21 Aug 2014
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Controversy over White Boards Illustrates Built-In Conflict

Conflicts between the Board of Supervisors and School Board are inevitable under current system.

Controversy over White Boards Illustrates Built-In Conflict

If the recent kerfuffle over the Loudoun County School Board’s decision to spend $4 million to purchase interactive white boards illustrates anything, it is the inherent conflict that is built into the relationship between the and the School Board.

In short, the Board of Supervisors has the authority to raise revenue, mostly through property taxes, and to decide how much of that money should go toward funding the school system. The School Board, for the most part, decides how to spend whatever money it receives.

Because of this relationship, the School Board essentially has to go hat in hand to the Board of Supervisors every year, asking for sufficient money to fund a school system that has been growing rapidly for more than two decades.

The Board of Supervisors, on the other hand, tends to view the School Board’s request with skepticism. Of course, the school system will ask for more money than it needs, the thinking goes, so that it can still get by after the Board of Supervisors makes the inevitable reductions to its budget.

The School Board has to make sure it doesn’t lose credibility with the Board of Supervisors, or the public, because it wants the next year’s budget request to be taken seriously. For example, it can’t threaten teacher layoffs, elimination of popular classes or programs, or the closing of small schools under a certain funding scenario and then not follow through if its budget is indeed cut to that extent.  Idle, unfulfilled threats might well result in bigger cuts the next time around.

We are left with an annual dance that unfolds over several months each budget season, ending mercifully with the adoption of the budget.  Like the GEICO commercial in which three people try to tango, it usually isn’t pretty.

Two decades ago, when members of the School Board were appointed by the Board of Supervisors, relations between the two boards were smoother.  I remember when momentum was growing to allow for the direct election of School Board members by the public.  Betty Tatum, the Chairman of the Board of Supervisors in the early ’90s, warned of the conflicts that would result if the School Board was elected directly but not given taxing authority.  She was right.

The current system isn’t all bad.  One could argue that the conflict between the two boards is just another example of the system of checks and balances on which our form of government was founded.  But the elected School Board’s lack of taxing authority does dilute the accountability that normally goes along with the direct election of public officials.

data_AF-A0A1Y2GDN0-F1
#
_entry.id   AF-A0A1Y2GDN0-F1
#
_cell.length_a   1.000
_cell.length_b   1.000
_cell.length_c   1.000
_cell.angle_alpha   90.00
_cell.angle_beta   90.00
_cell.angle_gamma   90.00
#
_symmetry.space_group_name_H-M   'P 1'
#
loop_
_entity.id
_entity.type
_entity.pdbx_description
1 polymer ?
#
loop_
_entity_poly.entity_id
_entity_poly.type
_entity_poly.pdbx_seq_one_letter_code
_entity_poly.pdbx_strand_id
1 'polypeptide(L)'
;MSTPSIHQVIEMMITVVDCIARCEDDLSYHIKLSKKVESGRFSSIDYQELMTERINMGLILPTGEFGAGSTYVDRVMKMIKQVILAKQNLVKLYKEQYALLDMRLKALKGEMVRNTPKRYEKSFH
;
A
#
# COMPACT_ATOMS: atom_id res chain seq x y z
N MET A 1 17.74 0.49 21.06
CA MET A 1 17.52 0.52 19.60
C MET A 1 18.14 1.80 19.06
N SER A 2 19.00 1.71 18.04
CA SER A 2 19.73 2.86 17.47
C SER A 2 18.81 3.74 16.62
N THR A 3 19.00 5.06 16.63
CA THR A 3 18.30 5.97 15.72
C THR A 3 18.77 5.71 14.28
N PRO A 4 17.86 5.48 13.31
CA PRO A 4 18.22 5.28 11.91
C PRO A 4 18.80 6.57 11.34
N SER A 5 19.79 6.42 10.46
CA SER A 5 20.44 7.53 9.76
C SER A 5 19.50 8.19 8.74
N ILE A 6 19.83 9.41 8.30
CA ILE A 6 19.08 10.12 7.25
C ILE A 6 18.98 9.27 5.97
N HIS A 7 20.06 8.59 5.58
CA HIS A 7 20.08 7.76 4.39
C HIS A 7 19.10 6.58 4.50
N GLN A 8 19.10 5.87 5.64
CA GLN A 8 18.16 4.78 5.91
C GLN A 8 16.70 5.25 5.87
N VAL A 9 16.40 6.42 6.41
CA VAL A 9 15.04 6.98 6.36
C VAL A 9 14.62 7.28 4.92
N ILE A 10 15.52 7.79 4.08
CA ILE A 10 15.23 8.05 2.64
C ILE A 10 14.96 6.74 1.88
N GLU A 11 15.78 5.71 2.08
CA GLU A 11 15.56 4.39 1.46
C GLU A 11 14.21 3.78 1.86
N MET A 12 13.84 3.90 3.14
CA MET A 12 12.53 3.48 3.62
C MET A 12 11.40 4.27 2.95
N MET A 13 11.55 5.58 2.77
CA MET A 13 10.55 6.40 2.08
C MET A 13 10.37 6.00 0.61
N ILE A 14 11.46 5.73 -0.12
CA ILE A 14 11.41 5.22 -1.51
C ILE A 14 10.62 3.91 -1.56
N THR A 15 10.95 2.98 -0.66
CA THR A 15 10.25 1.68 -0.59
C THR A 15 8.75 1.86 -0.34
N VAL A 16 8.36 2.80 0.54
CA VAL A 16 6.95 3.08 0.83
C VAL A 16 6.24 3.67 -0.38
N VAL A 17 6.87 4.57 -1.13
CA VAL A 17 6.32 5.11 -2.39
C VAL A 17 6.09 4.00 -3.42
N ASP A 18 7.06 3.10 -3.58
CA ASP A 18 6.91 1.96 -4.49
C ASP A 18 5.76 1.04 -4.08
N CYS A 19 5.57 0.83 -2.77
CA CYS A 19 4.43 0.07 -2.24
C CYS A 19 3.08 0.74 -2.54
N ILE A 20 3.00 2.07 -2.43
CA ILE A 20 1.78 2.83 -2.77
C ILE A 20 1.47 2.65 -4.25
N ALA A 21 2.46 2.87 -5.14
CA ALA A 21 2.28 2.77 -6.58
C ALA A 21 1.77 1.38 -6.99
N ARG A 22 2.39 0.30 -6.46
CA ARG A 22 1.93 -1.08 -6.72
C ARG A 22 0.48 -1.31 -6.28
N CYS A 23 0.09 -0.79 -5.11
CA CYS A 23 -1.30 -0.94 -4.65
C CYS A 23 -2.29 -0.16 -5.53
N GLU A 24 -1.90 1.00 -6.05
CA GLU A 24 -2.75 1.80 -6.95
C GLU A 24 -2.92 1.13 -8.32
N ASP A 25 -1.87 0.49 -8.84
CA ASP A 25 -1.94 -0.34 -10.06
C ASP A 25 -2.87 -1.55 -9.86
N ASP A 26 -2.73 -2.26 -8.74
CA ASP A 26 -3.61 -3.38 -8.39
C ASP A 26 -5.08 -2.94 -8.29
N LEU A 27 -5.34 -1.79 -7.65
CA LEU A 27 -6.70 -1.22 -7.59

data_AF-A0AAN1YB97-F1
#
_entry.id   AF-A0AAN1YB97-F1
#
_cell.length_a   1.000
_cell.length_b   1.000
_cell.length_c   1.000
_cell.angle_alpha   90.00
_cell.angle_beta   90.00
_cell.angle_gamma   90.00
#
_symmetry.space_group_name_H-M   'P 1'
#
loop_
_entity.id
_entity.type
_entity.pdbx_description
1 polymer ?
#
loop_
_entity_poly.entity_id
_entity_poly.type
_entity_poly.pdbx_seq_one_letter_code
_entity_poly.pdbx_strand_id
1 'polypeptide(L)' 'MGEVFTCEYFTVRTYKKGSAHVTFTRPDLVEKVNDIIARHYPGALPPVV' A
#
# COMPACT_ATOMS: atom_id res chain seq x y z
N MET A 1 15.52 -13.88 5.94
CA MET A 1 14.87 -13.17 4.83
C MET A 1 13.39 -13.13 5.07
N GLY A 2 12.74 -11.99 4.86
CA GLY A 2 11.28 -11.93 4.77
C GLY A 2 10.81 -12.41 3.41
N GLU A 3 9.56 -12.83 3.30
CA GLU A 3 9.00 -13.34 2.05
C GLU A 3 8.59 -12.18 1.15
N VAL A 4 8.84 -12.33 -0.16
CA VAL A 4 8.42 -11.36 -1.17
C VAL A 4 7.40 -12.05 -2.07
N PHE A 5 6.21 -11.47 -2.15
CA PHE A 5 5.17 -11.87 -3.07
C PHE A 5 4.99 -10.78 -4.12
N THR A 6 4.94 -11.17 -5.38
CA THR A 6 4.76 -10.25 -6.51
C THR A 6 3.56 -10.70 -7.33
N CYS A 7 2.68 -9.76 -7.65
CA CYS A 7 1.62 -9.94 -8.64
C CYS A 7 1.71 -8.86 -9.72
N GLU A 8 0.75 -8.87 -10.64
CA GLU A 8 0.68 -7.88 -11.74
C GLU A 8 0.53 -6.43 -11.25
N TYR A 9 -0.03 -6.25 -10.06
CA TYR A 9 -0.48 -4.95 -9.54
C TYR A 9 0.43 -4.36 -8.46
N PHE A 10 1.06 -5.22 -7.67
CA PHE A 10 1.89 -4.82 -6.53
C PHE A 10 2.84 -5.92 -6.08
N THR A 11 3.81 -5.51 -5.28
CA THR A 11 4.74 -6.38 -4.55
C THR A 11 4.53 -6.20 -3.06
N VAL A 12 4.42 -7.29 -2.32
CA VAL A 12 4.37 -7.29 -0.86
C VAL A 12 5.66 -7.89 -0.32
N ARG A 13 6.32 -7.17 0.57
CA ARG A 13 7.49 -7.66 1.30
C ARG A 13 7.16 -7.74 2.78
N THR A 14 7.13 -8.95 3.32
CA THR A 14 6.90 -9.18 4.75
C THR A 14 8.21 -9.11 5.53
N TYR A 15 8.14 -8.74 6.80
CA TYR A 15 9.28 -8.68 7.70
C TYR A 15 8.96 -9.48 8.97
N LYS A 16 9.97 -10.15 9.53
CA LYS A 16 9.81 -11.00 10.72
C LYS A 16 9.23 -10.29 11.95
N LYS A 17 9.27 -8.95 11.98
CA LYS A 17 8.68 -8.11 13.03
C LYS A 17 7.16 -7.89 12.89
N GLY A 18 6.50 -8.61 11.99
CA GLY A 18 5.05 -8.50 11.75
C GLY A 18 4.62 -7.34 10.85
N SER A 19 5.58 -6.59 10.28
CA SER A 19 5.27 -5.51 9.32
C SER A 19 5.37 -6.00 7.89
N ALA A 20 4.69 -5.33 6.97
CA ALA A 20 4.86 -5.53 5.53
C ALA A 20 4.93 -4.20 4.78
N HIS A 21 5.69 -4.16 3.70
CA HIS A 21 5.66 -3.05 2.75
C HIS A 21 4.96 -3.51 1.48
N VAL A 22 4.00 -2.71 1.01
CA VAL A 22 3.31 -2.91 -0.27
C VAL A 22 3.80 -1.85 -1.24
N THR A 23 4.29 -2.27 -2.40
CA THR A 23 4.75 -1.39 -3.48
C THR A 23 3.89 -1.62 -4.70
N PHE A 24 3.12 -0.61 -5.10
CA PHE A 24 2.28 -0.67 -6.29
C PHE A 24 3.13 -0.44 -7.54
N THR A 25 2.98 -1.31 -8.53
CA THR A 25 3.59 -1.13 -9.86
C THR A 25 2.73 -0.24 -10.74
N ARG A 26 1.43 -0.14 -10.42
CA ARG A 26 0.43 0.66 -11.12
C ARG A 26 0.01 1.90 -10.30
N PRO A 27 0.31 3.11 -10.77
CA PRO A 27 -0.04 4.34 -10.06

When I was on the county staff, I would have been happy to see the School Board receive the authority to set a separate tax rate for the school system.  There was a feeling among the county staff that we always came out second best when competing for funding with the school system.

This probably seems ironic to my friends at the school system.  It would be reasonable to assume that the Board of Supervisors would favor the agencies and programs it oversees.  But where funding was
concerned, it usually seemed to us that the school system fared better than we did.

A few years ago, when I was a soccer dad, I used to regularly chat with several school officials at games and practices. When the talk turned to the budget process, I learned that they saw things very differently. What county staff saw as proposed reductions in the School Board’s request, the school officials saw as cuts to their adopted budget.

Regarding the decision to purchase interactive white boards with unspent funds, I trust that the School Board and administrators have decided that this is where the money they have saved can best be used to help the students. This is the job of the School Board and administrators, and they are ultimately accountable for the performance of the schools – which, by the way, is very good.

After all, our economic development folks love to tout Loudoun County’s excellent school system, and rightfully so.  Just last month, three Loudoun County schools made Newsweek’s list of the Top 200
schools in America.  I believe the School Board deserves at least some of the credit for that.

I have a family member who works in a school classroom, and who was initially skeptical about the usefulness of the white boards. She is now completely sold on them. They serve as a combination chalkboard, projection screen, widescreen television, computer monitor for the entire classroom, and a means for students to participate in innovative, interactive educational activities. Essential for a quality education? No, but hardly a “,” as has been charged.

Nor do I blame members of the Board of Supervisors who expressed their preference that the unspent funds be returned to the county, to be used when more funds are needed to meet the schools’ looming VRS obligations. The fiscal responsibility falls on the Board of Supervisors, and this decision doesn’t make the challenge they will face down the road any easier.

So, the dance goes on. And it probably won’t be long before I get to use the word “kerfuffle” again.

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